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President Theodore Roosevelt Praises Secretary of State Root’s Speech Condemning Hearst in New York
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What a corker Root is, isn’t he?

THEODORE ROOSEVELT. Typed Letter Signed, to Elbert Henry Gary, November 5, 1906, Washington, D.C. On “The White House” letterhead. 1 p., 7 1/8 x 8-7/8 in.

Inventory #26174.04       Price: $1,250

Complete Transcript

The White House.

                                                                        November 5, 1906.

My dear Judge Gary:

            Many thanks for your letter. Of course Root and I went over his speech word by word, and where he said he was authorized to speak he meant just exactly that – just exactly that he was authorized to use the very words he did. What a corker Root is, isn’t he?

                                                                        Sincerely yours,
                                                            Theodore Roosevelt

Hon. E. H. Gary,
71 Broadway, / New York.

Historical Background

On November 1, 1906, Secretary of State Elihu Root delivered a speech at a mass meeting in Utica, New York, in which he denounced Democratic candidate for Governor of New York, William Randolph Hearst (1863-1951). “I say to you with President Roosevelt’s authority,” Root said, “that he regards Mr. Hearst as wholly unfit to be governor, as an insincere, self-seeking demagogue, who is trying to deceive the workingmen of New York by false statements and false promises; and I say to you, with his authority, that he considers that Mr. Hearst’s election would be an injury and a discredit alike to honest labor and to honest capital, and a serious injury to the work in which he is engaged of enforcing just and equal laws against corporate wrong-doing.” Root went on to declare that Hearst incited people like President McKinley’s assassin to hatred and violent acts. In contrast, Root praised Republican candidate Charles Evans Hughes (1862-1948), describing him as “the most conspicuous and fit representative” of Roosevelt’s agenda “in this state.”

The following day, E. H. Gary, the President and Chairman of the Board of U.S. Steel, wrote to President Roosevelt from New York, “You have a habit of rising to occasions at the right time and in the right way; and points in the address of Secretary Root last evening...will have a marked and deciding influence on the political situation here.” He continued by praising as “splendid” the addresses that Roosevelt had delivered since they last corresponded. “I do not think,” Gary wrote, “any one can reasonably disapprove of anything you have ever said or done against the wrongs that have been connected with capital or corporations, because it has been evidence that it was the wrong and not the individual you attacked, and because also you have been just as pronounced in your words and actions against wrongful practices by the poor man or the laboring man. Your entire fairness to all classes has won my respect and admiration and confidence.”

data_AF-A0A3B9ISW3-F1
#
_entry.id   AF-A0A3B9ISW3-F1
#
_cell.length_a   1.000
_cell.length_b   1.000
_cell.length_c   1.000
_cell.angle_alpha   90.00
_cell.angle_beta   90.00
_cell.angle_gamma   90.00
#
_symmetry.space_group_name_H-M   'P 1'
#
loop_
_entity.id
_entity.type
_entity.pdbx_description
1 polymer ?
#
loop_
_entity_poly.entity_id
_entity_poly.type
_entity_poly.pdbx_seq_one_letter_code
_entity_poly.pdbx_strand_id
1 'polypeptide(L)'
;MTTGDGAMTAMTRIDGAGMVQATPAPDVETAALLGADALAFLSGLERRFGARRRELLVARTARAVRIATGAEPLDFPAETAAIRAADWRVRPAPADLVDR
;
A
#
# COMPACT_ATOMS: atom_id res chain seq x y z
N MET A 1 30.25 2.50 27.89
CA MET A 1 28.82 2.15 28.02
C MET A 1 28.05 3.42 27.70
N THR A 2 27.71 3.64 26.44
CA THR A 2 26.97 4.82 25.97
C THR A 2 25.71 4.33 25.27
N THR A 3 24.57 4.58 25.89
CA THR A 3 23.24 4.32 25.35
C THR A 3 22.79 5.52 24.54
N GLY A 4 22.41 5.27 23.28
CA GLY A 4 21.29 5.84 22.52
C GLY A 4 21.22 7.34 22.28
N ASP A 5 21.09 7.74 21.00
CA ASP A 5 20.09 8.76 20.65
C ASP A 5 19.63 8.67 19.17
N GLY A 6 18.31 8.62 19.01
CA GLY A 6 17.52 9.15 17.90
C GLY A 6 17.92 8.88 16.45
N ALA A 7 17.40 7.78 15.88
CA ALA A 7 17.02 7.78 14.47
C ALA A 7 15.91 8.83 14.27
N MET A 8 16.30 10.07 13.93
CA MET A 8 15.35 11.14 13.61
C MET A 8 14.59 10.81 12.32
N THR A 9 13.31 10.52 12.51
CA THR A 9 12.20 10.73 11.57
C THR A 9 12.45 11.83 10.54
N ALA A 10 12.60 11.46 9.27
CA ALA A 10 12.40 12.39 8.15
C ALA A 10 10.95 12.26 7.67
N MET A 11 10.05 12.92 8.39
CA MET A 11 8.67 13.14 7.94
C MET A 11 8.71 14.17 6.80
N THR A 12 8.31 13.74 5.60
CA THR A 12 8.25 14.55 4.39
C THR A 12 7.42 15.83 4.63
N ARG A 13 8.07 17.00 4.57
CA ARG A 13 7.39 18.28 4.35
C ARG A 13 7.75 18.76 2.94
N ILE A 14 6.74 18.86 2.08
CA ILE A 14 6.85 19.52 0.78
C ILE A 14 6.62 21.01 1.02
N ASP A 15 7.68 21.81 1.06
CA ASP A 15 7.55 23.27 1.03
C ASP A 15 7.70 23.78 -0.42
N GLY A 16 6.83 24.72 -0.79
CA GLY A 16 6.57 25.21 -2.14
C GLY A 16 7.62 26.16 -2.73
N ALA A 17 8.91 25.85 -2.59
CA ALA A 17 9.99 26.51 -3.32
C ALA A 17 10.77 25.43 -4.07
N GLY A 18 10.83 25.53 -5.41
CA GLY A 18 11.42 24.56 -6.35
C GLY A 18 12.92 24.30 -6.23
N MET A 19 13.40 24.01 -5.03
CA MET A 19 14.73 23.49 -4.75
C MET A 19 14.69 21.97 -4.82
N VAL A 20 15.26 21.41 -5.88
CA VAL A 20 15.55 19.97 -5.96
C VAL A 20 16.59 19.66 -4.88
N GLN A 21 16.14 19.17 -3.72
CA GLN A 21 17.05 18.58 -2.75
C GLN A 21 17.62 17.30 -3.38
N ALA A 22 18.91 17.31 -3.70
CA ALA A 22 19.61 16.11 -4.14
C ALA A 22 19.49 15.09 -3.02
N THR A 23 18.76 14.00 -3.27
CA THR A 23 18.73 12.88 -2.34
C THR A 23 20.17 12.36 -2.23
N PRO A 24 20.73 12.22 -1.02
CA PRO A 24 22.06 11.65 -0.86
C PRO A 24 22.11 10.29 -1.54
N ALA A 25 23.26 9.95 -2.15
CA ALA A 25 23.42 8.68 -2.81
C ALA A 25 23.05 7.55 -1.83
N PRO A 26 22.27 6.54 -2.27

President Roosevelt responded to Gary’s praise with this letter, acknowledging that Root spoke for him because they went over Root’s speech “word by word.” Hughes went on to win the election on November 6, with 50.5 percent of the vote to Hearst’s 46.6 percent. Roosevelt had played a direct role in gaining the Republican nomination for Hughes, and his support was critical to Hughes’ victory.

Theodore Roosevelt (1858-1919) was born in New York City, graduated from Harvard University in 1880, and attended Columbia Law School. He served in the New York State Assembly from 1882 to 1884, and as president of the New York City Police Commissioners in 1895 and 1896, then as Assistant Secretary of the Navy from 1897 to 1898. After service in Cuba during the Spanish-American War, he won election as Governor of New York and served from 1899 to 1900. He ran as Vice President to William McKinley in 1900 and became President in September 1901, when McKinley was assassinated. Reelected in 1904, Roosevelt was President until 1909. A prolific author and naturalist, Roosevelt was instrumental in the Progressive movement of the early twentieth century, helped preserve the nation’s natural resources, and extended American power throughout the world with a focus on a modern navy. In 1912, he again sought the Republican nomination for President, but when the convention chose incumbent William Howard Taft, Roosevelt formed the Progressive Party and outpolled Taft in the general election. The Republican division allowed Democrat Woodrow Wilson to win the presidency.

Elbert Henry Gary (1846-1927) was born in Illinois and graduated first in his class from the Union College of Law (Northwestern University School of Law) in 1868. He began to practice law in Chicago in 1871 and also co-founded a bank with his uncle. He served as a county judge from 1882 to 1890, and as mayor of Wheaton, Illinois, in the 1890s. He served as president of the Chicago Bar Association in 1893-94. In 1898, he became president of the Federal Steel Corporation in Chicago and retired from the practice of law. Two years later, Gary moved to New York City, where he and J. P. Morgan collaborated to found the U.S. Steel Corporation. Gary served as chairman of the board of America’s first billion-dollar corporation from 1901 until his death and as president from 1903 to 1911. In 1904, Gary offered President Theodore Roosevelt a deal. U.S. Steel would open its books to the Bureau of Corporations, but if the Bureau found evidence of wrongdoing, it would warn the corporation privately and give it an opportunity to remedy the situation. Roosevelt accepted the “gentlemen’s agreement.”

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